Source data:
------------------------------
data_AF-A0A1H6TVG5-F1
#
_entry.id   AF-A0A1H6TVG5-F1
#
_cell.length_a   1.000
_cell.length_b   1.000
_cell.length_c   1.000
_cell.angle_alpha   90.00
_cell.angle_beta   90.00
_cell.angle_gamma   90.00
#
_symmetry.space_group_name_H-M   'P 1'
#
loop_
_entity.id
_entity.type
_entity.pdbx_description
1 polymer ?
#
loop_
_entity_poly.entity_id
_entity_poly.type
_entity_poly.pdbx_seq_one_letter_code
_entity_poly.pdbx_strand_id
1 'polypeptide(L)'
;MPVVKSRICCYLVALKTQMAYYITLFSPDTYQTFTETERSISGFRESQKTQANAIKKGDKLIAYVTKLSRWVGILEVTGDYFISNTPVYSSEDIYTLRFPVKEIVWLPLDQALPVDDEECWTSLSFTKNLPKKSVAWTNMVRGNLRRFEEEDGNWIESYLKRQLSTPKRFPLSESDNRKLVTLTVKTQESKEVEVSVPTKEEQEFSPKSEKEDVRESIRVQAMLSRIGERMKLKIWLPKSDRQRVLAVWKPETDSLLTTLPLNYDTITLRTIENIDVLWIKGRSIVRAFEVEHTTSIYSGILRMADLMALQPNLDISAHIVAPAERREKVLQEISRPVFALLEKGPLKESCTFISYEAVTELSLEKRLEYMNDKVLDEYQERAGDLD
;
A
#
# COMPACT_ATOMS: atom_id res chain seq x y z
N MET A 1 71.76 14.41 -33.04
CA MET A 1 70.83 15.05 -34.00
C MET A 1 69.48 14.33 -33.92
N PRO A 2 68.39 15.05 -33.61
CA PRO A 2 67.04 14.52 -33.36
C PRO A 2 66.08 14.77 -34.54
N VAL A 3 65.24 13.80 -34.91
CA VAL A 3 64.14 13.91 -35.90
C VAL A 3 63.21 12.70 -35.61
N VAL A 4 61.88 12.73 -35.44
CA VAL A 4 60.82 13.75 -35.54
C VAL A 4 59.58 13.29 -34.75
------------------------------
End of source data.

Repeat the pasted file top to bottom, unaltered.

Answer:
data_AF-A0A1H6TVG5-F1
#
_entry.id   AF-A0A1H6TVG5-F1
#
_cell.length_a   1.000
_cell.length_b   1.000
_cell.length_c   1.000
_cell.angle_alpha   90.00
_cell.angle_beta   90.00
_cell.angle_gamma   90.00
#
_symmetry.space_group_name_H-M   'P 1'
#
loop_
_entity.id
_entity.type
_entity.pdbx_description
1 polymer ?
#
loop_
_entity_poly.entity_id
_entity_poly.type
_entity_poly.pdbx_seq_one_letter_code
_entity_poly.pdbx_strand_id
1 'polypeptide(L)'
;MPVVKSRICCYLVALKTQMAYYITLFSPDTYQTFTETERSISGFRESQKTQANAIKKGDKLIAYVTKLSRWVGILEVTGDYFISNTPVYSSEDIYTLRFPVKEIVWLPLDQALPVDDEECWTSLSFTKNLPKKSVAWTNMVRGNLRRFEEEDGNWIESYLKRQLSTPKRFPLSESDNRKLVTLTVKTQESKEVEVSVPTKEEQEFSPKSEKEDVRESIRVQAMLSRIGERMKLKIWLPKSDRQRVLAVWKPETDSLLTTLPLNYDTITLRTIENIDVLWIKGRSIVRAFEVEHTTSIYSGILRMADLMALQPNLDISAHIVAPAERREKVLQEISRPVFALLEKGPLKESCTFISYEAVTELSLEKRLEYMNDKVLDEYQERAGDLD
;
A
#
# COMPACT_ATOMS: atom_id res chain seq x y z
N MET A 1 71.76 14.41 -33.04
CA MET A 1 70.83 15.05 -34.00
C MET A 1 69.48 14.33 -33.92
N PRO A 2 68.39 15.05 -33.61
CA PRO A 2 67.04 14.52 -33.36
C PRO A 2 66.08 14.77 -34.54
N VAL A 3 65.24 13.80 -34.91
CA VAL A 3 64.14 13.91 -35.90
C VAL A 3 63.21 12.70 -35.61
N VAL A 4 61.88 12.73 -35.44
CA VAL A 4 60.82 13.75 -35.54
C VAL A 4 59.58 13.29 -34.75